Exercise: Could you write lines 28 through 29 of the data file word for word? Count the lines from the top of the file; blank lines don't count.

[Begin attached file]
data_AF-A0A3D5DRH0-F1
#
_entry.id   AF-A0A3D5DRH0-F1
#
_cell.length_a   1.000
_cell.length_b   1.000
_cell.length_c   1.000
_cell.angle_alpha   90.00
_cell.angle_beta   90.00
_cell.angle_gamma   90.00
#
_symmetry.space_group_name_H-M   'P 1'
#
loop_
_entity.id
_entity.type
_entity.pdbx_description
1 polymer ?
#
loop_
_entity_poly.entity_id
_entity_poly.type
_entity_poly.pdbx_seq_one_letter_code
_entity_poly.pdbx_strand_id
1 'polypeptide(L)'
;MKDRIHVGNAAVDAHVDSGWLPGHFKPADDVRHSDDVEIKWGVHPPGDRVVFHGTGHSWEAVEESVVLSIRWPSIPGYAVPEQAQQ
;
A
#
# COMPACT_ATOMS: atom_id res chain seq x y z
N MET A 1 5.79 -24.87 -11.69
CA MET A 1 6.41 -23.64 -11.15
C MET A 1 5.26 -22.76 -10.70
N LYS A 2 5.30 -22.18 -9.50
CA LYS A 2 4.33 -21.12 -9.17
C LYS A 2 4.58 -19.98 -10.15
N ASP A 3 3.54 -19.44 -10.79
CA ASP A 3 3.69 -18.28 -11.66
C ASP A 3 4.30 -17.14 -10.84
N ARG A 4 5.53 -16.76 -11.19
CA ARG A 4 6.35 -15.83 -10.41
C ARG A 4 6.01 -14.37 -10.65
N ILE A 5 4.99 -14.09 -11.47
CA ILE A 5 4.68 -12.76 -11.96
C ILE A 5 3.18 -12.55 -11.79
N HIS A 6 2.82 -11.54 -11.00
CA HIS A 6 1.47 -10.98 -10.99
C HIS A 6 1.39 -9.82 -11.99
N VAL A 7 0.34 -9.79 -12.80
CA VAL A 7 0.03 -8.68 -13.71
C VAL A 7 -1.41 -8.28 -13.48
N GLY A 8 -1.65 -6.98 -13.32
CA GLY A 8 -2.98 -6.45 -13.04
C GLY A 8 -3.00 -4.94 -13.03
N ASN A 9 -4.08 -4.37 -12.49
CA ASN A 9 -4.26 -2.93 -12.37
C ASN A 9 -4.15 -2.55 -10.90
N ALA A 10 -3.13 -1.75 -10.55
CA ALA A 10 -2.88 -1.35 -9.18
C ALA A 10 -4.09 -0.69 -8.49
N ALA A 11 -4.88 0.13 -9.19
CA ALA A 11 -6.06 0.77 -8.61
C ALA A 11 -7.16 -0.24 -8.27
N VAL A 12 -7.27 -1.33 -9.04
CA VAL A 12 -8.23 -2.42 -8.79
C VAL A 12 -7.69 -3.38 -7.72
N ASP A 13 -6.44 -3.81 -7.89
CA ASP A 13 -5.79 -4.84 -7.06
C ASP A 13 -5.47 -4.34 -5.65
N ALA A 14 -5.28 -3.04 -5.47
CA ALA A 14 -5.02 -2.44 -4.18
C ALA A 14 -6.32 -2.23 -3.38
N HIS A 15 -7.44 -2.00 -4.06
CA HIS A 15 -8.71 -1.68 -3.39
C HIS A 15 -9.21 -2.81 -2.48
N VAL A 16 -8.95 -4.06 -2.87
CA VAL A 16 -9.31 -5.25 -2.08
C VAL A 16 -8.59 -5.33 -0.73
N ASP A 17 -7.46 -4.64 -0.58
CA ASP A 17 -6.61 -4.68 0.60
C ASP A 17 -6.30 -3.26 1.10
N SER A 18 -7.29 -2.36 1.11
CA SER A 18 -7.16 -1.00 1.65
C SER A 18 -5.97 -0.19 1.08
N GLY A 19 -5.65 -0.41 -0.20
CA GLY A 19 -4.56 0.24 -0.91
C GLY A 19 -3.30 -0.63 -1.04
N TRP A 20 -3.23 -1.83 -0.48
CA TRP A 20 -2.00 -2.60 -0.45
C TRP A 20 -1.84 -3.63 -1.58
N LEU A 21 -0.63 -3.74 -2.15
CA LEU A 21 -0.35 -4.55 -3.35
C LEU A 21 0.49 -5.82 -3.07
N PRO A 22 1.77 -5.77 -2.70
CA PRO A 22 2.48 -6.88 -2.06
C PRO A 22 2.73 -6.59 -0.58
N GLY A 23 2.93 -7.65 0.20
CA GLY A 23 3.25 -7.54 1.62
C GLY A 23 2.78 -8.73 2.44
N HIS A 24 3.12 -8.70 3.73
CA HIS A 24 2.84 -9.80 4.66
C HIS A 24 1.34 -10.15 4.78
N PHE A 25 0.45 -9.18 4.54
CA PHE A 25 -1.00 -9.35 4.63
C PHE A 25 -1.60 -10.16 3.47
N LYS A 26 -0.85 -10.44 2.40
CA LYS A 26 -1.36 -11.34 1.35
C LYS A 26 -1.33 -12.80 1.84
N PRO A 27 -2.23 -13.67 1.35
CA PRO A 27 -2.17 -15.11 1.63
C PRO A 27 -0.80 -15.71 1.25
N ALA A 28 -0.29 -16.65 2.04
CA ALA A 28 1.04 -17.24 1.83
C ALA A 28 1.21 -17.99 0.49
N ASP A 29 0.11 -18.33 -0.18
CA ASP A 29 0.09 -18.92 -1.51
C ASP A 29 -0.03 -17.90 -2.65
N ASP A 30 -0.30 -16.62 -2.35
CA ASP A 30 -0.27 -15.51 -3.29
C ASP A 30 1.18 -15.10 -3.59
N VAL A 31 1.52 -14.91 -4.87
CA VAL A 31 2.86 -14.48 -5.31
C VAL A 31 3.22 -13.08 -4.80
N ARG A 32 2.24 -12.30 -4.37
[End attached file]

A
#